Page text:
What is a Rocker Switch?

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  • Written By: Mary McMahon
  • Edited By: O. Wallace
  • Last Modified Date: 06 February 2020
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A rocker switch is a switch which consists of a piece which rocks back and forth in response to pressure to open and close a circuit. Rocker switches are commonly used as light switches, and they can be used in a variety of other applications as well; many appliances and surge protectors, for example, are fitted with rocker switches. As with other types of switches, it is possible to retrofit an existing switch to turn it into a rocker switch, if this is desired.

One advantage to the rocker switch is that because it does not protrude, it cannot be accidentally activated. Someone actually needs to put pressure on the switch to turn it on or off. This is one reason why rocker switches are popular for controlling lights and appliances when the switch is in a position which might be jostled or bumped. Rocker switches are also easier for people without fine motor control to operate, as long as the rocker is large, as they do not need to grasp and manipulate a toggle.


A number of features can be included in a rocker switch. Some have indicators showing whether the switch is on or off, and the switch can also be illuminated to indicate whether it is on or off. Many basic rocker switches have a small light which activates when the switch is turned on, for example, while more complex switches can have lights for both on and off settings. The size and shape of the rocker itself can vary as well, from a relatively flat plane to a more pronounced shape.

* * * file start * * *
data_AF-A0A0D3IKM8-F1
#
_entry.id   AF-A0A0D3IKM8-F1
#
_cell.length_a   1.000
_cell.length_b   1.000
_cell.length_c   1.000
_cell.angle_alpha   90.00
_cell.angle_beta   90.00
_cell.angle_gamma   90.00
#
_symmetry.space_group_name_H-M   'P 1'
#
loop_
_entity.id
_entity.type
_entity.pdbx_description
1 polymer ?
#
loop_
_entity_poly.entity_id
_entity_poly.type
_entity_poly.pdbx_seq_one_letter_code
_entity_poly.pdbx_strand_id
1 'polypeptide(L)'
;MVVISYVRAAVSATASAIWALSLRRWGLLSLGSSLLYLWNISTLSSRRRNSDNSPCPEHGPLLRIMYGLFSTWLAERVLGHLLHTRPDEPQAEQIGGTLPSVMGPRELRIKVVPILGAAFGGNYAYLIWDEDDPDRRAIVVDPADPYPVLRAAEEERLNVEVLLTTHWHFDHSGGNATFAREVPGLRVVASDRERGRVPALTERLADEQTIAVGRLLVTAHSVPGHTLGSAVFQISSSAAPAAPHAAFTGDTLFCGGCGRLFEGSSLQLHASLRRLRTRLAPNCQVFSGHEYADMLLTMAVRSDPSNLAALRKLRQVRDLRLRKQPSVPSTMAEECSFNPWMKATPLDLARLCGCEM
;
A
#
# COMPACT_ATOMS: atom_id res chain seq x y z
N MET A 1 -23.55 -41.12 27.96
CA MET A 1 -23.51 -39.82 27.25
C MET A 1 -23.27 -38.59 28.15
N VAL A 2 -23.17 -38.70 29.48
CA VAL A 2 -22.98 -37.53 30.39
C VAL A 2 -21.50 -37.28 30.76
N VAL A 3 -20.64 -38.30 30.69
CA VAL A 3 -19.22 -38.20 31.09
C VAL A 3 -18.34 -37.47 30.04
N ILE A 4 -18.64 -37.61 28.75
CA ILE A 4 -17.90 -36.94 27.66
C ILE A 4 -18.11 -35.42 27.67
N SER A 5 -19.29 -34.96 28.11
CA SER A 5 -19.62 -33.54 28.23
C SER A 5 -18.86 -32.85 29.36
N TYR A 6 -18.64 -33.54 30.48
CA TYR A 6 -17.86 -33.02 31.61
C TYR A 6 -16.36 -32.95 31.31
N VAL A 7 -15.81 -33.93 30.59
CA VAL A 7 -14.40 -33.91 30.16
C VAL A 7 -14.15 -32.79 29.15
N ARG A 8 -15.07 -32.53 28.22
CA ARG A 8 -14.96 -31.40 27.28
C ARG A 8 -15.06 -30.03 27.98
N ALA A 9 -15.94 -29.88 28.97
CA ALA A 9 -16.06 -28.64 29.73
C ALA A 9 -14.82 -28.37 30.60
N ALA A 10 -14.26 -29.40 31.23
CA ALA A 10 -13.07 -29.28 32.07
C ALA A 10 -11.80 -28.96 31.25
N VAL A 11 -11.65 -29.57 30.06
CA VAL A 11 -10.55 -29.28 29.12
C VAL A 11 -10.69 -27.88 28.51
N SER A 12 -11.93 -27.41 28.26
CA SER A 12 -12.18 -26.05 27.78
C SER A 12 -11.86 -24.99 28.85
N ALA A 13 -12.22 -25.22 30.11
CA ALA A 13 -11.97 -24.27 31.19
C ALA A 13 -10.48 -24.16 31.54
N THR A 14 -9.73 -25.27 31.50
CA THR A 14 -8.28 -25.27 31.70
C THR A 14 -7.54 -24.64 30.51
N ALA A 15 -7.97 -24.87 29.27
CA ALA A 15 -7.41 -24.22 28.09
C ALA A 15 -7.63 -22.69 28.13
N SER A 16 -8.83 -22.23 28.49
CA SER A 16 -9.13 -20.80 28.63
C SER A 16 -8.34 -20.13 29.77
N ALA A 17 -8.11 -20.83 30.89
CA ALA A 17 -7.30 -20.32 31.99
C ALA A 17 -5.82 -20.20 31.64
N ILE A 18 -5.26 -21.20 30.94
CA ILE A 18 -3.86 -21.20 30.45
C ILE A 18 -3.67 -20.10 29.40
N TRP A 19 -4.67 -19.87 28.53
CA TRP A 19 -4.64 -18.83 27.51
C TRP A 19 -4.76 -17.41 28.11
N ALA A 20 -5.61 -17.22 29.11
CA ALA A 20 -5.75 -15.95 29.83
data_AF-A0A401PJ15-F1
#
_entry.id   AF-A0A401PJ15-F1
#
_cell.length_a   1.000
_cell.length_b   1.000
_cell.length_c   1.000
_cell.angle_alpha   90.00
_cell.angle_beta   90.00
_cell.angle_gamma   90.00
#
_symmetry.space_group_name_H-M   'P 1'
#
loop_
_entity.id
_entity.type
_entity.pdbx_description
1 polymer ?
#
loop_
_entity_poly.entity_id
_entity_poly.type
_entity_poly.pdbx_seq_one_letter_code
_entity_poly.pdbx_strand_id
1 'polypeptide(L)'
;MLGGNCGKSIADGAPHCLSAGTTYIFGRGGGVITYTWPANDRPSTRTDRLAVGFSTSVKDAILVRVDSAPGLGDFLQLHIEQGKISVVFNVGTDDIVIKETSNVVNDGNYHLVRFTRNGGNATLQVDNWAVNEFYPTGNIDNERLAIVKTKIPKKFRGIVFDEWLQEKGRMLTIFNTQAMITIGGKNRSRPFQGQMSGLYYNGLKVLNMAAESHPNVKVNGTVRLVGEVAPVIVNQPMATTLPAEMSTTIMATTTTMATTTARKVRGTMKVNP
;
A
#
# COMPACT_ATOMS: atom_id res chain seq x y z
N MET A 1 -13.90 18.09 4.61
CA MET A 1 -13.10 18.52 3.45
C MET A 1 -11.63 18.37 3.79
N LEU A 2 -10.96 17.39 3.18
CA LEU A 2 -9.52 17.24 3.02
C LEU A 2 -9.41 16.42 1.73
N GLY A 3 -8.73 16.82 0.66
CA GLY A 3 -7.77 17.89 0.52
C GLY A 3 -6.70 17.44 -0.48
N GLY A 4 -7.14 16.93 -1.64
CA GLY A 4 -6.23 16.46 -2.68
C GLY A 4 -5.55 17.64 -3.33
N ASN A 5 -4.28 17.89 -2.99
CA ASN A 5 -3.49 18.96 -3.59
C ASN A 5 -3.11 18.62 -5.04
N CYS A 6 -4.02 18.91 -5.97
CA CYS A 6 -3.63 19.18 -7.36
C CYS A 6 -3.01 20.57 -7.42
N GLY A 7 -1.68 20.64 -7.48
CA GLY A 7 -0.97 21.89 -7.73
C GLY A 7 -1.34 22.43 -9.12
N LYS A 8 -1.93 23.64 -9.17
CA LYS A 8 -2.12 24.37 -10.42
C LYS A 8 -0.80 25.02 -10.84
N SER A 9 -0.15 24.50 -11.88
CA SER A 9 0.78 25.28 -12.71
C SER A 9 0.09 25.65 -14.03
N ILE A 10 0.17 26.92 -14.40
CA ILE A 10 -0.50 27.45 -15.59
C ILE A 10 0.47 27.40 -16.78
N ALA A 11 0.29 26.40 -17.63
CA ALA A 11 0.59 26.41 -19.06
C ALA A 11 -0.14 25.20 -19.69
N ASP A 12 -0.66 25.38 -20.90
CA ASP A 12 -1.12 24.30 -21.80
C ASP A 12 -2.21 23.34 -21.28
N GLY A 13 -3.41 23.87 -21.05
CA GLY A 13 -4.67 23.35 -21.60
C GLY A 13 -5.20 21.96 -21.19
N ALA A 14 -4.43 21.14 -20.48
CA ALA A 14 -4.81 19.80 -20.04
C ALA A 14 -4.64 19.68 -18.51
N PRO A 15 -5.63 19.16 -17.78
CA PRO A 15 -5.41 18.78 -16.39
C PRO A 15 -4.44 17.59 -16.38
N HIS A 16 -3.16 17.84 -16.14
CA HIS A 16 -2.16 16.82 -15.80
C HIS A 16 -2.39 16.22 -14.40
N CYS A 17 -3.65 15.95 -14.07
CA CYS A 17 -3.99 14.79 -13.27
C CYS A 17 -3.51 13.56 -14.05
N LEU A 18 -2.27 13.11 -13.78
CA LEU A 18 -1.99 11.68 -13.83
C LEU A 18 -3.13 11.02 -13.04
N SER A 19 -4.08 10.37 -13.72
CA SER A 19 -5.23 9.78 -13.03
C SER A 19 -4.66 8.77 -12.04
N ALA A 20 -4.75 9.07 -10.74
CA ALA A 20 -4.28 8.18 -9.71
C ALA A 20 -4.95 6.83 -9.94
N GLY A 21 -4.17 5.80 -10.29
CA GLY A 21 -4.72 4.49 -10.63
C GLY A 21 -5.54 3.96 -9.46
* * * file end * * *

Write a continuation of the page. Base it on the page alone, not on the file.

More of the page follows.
It is also possible to wire rocker switches into a multiway switch system. This type of system is especially popular with lighting. Using a multiway switch, a circuit can be controlled from several different locations, with different switches. This can make a space safer and more usable; for example, someone can turn a light on at the bottom of a set of stairs to see, and turn the light off at the top of the stairs when it is no longer needed.

When someone needs to repair or replace a rocker switch or any other kind of switch, energy to the circuit should be cut off, to ensure that people are not shocked. This can be done at a breaker or fuse box; in a household with multiple people, it may be a good idea to put a note on the box indicating that someone is working on the electricity and that none of the settings in the box should be changed.


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Post 2

When my parents got older, I had many of their wall switches converted to illuminated rocker switches. It was much easier for them to find the right lights in the middle of the night, and it didn't take much pressure to turn them on. My mother's arthritis sometimes made it difficult for her to turn a regular lamp switch, so I had the electrician wire several lamps to a master rocker switch. Now when she presses that one rocker switch, all of the lamps around the living room couch turn on or off.

Post 1

The organ I play at church uses rows of rocker switches to control all of the voices and effects. I like that system because I can add or subtract voices with just a quick tap. If I want to turn everything off, I just sweep my hand across the bank of rocker switches. Other organs sometimes have pull stops, and I find them to be aggravating during performances.

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